The scope of construction projects can change rapidly. Whether from an official change order or undocumented client request, change is constant and can have damaging consequences to a construction company’s profitability and reputation if not handled properly.
Below we will define scope creep and share 4 proven ways to minimize your risk of it during construction projects.
What Is Scope Creep?
Scope refers to the formal work plan, assets, and deliverables of a project. It usually includes project specifications, key deliverables, estimated hours, boundaries, and more. Scope creep refers to any time the project’s scope of work changes or “creeps” beyond what was initially agreed upon.
A study by the Independent Project Analysis Group found that one in four construction projects go over their intended project scope by over 30%. As construction tools and technology advance, construction projects become more complex. We’ve seen this with the introduction of robotics and drones, as well as building information modeling (BIM). With the added complexity of construction projects comes added risk for scope creep.
As many as 67% of construction leaders believe that project risks are increasing along with project complexity. To counter this added complexity and navigate change, construction firms must work to anticipate and effectively manage it.
With any project, change is unavoidable. Your project will be met with a mixture of predictable and unforeseen challenges. Predictable impacts to your scope of work might include weather conditions, regional labor laws, regulatory requirements, material sources, and access to utilities. Unforeseen impacts to your scope of work could span from client’s changing their expectations to unplanned work stoppages. The uncontrolled and unforeseen changes that delay projects are what is responsible for scope creep.
Leading Factors of Scope Creep
There are endless reasons why scope creep can happen, from a lack of change control processes to undocumented agreements. Scope creep can pop up in all stages of a construction project life cycle.
Without procedures in places, scope creep often leads to increased costs and extended deadlines. Many businesses write off these costs to avoid unpleasantries with a client or payment disputes. Understanding the root causes of scope creep is the first step in minimizing its damaging effects.
Some of the most common factors of scope creep include:
- Poor communication between the construction company, client, and any contractors
- Improper contracting and change order procedures
- Poorly defined or vague scope of work
- Poor project organization systems
- Underestimating project complexity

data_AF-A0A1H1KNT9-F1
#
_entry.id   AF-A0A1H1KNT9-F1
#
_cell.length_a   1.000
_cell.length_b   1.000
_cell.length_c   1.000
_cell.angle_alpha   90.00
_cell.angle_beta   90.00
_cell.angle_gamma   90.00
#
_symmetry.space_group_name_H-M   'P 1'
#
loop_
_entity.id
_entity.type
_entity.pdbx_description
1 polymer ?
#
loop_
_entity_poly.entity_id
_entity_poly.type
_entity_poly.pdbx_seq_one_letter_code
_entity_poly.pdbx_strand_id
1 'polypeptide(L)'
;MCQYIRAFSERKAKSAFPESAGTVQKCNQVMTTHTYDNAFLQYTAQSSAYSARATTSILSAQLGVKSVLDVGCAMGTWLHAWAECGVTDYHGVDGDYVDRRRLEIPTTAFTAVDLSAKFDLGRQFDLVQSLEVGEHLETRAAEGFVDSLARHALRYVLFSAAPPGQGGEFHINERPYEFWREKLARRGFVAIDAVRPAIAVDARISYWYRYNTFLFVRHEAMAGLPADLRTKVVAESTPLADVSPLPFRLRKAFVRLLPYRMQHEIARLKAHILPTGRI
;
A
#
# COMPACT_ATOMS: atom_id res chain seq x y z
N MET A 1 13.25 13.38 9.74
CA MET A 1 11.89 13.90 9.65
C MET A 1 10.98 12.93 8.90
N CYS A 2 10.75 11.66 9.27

4 Ways to Minimize Scope Creep
Change with construction projects is inevitable, but it can be controlled and managed effectively with the proper training and tools. Project managers should start by identifying when scope creep occurs during the project management lifecycle. Next, monitor to see why scope creep is occurring and find the source. Once found, manage the source to prevent scope creep from happening further.
By understanding the leading causes of scope creep and ways to prevent it, managers can improve their construction project management process and minimize the damaging effects on their business. Here are four effective ways to prevent scope creep during construction projects.
1. Set Clear Expectations
Preventative measures against scope creep start at project inception before a formal contract is in place. Construction firms and project managers need to set proper expectations with their clients from the first interaction. These expectations should be detailed in initial meetings and written down for reference.
Start by clearly defining your services and areas of expertise, as well as the types of work that will and won’t be included in the project scope. Any changes made to this initial agreement should be treated as a new agreement with the client and documented in writing. Without discussing and outlining the scope at the beginning of the project, you risk unforeseen disruptions and can misinterpret the client’s needs.
Treat this as a time to establish a solid relationship with your client as well. This added rapport can be especially helpful for managing stakeholder stress when unforeseen changes occur.
By having a thorough discussion with the client and setting expectations upfront, project managers give themselves the best defense against scope creep.